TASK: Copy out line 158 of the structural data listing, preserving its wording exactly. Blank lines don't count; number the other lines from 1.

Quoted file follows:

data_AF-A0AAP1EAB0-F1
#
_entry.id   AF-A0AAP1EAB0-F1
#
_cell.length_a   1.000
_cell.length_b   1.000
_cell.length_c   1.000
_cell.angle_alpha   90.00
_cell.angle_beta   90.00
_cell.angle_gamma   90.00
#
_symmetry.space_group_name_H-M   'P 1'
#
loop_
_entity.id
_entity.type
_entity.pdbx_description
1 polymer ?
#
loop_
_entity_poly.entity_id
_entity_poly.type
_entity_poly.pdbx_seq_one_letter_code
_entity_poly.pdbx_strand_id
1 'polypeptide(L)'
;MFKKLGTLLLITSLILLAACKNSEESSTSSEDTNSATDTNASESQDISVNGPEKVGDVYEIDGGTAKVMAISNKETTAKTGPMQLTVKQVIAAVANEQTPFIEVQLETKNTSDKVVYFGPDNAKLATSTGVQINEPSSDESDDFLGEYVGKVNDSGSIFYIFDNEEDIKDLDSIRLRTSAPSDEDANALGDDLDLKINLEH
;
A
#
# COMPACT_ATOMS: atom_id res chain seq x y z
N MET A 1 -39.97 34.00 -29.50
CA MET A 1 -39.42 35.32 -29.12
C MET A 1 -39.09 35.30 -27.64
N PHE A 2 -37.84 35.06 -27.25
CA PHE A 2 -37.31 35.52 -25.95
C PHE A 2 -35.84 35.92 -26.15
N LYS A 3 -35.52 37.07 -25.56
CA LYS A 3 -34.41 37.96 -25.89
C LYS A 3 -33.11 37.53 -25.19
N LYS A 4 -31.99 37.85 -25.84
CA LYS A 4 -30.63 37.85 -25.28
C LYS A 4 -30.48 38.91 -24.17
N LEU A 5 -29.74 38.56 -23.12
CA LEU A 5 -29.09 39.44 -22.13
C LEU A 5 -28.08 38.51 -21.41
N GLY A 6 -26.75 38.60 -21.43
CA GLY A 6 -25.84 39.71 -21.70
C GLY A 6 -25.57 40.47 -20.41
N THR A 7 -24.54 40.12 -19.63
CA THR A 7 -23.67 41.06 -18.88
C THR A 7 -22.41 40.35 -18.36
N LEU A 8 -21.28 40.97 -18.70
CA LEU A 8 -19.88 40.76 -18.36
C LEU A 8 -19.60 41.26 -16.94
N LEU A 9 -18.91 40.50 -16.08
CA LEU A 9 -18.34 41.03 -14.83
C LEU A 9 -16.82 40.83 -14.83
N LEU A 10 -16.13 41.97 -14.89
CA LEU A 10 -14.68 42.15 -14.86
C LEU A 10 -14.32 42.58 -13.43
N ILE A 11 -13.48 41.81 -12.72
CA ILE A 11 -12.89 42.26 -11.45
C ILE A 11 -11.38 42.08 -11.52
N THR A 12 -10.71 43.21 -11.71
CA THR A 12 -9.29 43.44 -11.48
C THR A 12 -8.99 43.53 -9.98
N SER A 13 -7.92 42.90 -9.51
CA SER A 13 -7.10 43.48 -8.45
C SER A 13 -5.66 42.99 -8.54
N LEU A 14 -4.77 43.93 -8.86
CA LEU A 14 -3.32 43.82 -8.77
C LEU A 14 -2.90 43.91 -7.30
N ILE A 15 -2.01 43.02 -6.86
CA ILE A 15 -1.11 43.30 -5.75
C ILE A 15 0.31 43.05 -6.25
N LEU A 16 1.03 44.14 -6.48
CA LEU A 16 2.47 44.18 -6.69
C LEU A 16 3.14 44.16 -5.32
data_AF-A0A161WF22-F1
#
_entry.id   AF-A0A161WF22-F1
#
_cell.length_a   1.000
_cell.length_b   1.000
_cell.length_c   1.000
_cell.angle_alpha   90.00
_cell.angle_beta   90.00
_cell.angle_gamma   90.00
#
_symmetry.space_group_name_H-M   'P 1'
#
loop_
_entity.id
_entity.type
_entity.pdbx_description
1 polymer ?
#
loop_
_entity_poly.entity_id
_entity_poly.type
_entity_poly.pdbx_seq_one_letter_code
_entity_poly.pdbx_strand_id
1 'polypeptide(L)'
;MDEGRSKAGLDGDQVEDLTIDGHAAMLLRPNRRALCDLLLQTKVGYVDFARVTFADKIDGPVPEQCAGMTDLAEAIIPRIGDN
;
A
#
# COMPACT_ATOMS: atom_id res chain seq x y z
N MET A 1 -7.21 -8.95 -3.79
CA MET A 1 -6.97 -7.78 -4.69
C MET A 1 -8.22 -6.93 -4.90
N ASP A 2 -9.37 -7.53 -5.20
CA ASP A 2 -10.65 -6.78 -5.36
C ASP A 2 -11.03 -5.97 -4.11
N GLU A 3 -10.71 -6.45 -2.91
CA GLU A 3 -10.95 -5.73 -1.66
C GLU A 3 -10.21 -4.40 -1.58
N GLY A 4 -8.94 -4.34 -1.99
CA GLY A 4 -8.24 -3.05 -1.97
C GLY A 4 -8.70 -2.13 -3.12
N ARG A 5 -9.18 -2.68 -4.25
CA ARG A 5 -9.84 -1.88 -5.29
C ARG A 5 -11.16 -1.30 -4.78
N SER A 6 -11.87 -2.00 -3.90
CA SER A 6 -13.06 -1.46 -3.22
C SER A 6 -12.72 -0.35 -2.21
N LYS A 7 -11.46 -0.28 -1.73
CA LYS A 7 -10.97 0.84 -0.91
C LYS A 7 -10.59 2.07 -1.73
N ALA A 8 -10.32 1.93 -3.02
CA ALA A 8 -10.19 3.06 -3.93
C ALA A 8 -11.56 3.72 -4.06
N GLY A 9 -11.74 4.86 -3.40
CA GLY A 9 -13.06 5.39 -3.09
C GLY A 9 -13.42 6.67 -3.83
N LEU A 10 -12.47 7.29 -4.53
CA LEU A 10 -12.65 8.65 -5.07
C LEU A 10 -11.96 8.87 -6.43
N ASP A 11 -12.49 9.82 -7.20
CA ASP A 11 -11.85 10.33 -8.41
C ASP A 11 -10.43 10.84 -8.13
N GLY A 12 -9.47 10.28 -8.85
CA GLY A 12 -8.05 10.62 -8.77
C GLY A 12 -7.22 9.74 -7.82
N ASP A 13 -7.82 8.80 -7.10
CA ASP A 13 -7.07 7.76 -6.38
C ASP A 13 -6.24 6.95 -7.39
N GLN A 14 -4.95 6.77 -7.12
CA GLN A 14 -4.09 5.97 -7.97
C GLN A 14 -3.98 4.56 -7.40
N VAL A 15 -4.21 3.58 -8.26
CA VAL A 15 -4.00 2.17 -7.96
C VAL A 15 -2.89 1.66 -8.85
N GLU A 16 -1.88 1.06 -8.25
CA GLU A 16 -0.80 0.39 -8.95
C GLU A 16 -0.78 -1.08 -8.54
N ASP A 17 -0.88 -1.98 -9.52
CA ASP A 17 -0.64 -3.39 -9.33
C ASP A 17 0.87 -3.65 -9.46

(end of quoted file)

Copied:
CA ASP A 17 -0.64 -3.39 -9.33